Massive small bowel infarction in pregnancy is rare but has devastating complications. Diagnosis is difficult because pregnancy masks the symptoms. Our aim was to assess risk factors and outcomes of massive resection associated with pregnancy. We conducted a review of nine patients with short bowel syndrome (SBS) secondary to massive bowel resection during pregnancy. The most common cause of bowel resection was midgut volvulus in seven patients. Four of these also had malrotation. Three others had previous abdominal operations, including gastric bypass. The two remaining patients had vascular insufficiency. Five of the nine patients presented after a cesarean delivery. There were three fetal deaths. Resulting small bowel length was less than 60 cm in all but one patient. All patients required parenteral nutrition (PN). Seven patients developed significant complications related to SBS and long-term PN. Four patients underwent transplantation. Massive small bowel resection during pregnancy is a devastating complication, which requires a high degree of suspicion to diagnose. Most patients have risk factors, which include previous surgery, congenital malrotation, and a hypercoagulable state. Surviving patients usually need long-term PN or transplantation.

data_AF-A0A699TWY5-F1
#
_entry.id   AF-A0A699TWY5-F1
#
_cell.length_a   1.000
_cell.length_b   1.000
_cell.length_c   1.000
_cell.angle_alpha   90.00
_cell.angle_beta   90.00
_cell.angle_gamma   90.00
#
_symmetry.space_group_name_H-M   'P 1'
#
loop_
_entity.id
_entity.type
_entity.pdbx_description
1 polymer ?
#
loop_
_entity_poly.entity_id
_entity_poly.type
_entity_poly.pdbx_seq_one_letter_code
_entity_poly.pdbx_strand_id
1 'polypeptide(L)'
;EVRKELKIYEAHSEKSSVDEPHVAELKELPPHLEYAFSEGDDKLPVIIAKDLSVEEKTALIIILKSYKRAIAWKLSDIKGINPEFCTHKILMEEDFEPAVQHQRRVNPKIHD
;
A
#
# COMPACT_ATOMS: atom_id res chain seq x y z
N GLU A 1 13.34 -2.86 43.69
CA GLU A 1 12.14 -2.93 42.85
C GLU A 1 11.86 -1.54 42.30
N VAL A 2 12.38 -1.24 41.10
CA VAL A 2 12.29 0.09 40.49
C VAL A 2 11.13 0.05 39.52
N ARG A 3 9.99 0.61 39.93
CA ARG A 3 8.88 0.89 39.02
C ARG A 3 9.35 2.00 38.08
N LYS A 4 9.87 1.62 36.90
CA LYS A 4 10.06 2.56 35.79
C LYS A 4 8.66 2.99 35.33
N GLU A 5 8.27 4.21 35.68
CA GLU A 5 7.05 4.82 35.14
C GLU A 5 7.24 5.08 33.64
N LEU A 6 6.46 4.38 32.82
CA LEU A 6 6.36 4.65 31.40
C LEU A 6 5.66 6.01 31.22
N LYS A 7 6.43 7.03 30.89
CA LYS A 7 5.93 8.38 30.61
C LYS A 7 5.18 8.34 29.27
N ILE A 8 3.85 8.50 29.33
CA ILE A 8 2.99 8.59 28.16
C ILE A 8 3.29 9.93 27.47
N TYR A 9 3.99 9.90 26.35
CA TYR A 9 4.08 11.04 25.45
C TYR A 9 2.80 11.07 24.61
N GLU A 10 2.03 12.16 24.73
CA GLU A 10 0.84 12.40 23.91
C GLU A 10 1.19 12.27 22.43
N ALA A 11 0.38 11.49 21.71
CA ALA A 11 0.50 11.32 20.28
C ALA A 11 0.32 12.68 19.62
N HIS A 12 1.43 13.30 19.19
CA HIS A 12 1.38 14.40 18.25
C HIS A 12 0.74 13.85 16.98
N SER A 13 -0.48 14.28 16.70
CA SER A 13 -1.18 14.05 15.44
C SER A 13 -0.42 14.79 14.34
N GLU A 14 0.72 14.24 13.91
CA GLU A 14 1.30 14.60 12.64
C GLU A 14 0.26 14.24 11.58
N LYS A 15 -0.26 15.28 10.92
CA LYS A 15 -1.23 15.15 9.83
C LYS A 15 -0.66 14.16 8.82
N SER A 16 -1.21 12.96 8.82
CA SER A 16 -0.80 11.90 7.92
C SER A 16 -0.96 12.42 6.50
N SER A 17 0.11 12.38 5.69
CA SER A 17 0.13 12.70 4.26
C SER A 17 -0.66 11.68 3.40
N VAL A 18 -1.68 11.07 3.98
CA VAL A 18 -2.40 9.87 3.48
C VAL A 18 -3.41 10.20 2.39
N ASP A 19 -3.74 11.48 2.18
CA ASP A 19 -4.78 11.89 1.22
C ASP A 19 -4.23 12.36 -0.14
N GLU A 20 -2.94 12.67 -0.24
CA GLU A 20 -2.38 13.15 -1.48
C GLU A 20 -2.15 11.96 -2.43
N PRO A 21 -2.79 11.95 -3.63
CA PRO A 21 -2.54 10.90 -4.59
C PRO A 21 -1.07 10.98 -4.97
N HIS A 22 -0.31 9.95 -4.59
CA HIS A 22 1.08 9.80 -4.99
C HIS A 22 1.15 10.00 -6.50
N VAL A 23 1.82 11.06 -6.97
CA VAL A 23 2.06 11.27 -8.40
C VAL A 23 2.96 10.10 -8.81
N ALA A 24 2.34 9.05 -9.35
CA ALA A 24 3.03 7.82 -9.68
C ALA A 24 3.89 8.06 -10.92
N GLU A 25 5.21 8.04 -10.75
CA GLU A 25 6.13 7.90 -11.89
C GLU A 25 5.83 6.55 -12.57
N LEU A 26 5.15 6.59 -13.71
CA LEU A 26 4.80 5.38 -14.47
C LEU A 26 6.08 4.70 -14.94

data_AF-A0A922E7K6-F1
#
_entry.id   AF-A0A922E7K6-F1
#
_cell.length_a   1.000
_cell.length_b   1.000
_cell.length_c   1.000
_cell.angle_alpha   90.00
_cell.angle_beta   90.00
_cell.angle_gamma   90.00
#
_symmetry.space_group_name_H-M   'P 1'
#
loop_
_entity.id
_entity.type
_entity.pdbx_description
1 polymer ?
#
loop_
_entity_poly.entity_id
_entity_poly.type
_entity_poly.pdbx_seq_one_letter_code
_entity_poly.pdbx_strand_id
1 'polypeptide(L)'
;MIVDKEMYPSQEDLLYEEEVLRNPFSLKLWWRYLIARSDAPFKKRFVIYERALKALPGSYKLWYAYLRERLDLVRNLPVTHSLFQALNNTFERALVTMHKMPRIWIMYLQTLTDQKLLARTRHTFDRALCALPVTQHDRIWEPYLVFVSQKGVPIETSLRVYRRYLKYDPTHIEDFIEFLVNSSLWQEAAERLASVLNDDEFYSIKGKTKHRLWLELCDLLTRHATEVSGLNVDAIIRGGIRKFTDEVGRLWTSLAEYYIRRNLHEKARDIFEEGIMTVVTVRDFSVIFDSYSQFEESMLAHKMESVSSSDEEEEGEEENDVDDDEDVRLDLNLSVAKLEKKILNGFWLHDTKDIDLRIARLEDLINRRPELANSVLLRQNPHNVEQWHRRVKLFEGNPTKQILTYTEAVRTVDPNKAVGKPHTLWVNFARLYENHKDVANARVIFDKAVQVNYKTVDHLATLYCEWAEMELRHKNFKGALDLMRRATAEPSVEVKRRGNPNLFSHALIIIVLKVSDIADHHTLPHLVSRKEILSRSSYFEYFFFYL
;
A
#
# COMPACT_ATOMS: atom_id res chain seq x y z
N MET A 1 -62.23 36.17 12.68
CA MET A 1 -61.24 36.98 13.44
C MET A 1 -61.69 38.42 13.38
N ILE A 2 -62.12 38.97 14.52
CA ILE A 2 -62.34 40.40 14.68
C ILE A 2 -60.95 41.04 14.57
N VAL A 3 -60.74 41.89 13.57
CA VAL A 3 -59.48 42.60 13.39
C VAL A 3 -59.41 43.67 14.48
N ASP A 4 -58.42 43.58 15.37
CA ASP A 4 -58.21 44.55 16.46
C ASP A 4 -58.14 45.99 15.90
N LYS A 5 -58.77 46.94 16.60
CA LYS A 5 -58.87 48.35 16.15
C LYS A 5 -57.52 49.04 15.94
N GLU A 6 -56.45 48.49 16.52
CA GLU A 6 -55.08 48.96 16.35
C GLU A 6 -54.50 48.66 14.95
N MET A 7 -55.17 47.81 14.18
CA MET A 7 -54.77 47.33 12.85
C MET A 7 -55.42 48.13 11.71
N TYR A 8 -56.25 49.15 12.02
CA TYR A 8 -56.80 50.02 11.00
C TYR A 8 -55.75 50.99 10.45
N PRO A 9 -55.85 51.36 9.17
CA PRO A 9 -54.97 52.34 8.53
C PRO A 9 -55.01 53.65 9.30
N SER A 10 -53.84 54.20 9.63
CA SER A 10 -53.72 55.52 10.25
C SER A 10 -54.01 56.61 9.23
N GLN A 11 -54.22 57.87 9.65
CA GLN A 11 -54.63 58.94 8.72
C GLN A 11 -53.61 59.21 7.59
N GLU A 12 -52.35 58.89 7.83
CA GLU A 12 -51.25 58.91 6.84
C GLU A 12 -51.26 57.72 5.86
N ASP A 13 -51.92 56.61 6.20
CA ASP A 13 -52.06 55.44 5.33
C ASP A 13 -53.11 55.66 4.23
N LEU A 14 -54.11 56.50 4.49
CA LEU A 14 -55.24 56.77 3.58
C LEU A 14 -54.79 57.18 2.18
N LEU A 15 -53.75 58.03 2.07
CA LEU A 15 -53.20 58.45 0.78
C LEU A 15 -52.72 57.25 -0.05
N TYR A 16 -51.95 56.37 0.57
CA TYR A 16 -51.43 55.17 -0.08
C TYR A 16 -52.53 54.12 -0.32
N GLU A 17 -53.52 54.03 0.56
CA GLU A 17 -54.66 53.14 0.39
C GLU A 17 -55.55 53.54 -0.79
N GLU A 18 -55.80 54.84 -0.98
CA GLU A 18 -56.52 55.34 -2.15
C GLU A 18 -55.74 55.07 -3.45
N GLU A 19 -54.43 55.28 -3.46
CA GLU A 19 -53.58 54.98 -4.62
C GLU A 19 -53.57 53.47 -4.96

|Original language||English (US)|
|Number of pages||4|
|State||Published - Dec 2011|
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